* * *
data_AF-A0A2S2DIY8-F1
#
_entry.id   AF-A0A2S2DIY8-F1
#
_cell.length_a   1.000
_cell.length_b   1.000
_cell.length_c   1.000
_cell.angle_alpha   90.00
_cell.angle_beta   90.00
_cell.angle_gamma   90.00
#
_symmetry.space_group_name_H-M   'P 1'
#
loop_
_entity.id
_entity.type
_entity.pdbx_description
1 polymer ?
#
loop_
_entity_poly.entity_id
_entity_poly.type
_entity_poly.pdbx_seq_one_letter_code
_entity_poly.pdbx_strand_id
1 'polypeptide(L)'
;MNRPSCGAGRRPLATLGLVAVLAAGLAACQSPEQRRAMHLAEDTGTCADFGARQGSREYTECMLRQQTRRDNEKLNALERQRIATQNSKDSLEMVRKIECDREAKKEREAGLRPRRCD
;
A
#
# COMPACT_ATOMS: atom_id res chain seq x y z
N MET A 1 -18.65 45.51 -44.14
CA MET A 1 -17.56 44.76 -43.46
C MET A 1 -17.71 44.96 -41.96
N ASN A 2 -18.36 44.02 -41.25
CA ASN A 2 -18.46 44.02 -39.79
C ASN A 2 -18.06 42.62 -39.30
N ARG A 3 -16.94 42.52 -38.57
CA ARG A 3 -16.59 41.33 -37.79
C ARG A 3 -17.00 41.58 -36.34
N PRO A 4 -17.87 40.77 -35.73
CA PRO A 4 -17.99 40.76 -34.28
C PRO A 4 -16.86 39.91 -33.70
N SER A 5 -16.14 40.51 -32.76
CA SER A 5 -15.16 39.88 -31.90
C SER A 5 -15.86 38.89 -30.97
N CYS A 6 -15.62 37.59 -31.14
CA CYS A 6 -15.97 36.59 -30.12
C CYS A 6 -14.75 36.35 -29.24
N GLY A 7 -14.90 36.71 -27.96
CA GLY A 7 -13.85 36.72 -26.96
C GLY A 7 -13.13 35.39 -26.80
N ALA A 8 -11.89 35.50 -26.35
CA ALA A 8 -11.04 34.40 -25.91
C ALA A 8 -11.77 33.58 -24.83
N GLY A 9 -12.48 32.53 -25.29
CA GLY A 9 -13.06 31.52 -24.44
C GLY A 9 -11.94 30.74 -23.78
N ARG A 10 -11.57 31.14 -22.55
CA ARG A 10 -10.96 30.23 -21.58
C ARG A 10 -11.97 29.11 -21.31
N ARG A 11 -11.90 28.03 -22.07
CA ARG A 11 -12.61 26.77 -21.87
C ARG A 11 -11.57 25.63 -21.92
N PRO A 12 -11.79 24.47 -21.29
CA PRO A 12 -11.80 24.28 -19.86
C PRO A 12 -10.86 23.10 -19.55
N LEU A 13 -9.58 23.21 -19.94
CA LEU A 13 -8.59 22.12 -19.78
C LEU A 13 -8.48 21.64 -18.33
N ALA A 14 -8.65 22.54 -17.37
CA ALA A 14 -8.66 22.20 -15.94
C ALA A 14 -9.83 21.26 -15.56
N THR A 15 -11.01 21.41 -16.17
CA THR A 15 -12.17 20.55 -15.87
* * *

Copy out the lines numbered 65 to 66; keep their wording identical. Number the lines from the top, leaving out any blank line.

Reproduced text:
CA PRO A 12 -11.80 24.28 -19.86
C PRO A 12 -10.86 23.10 -19.55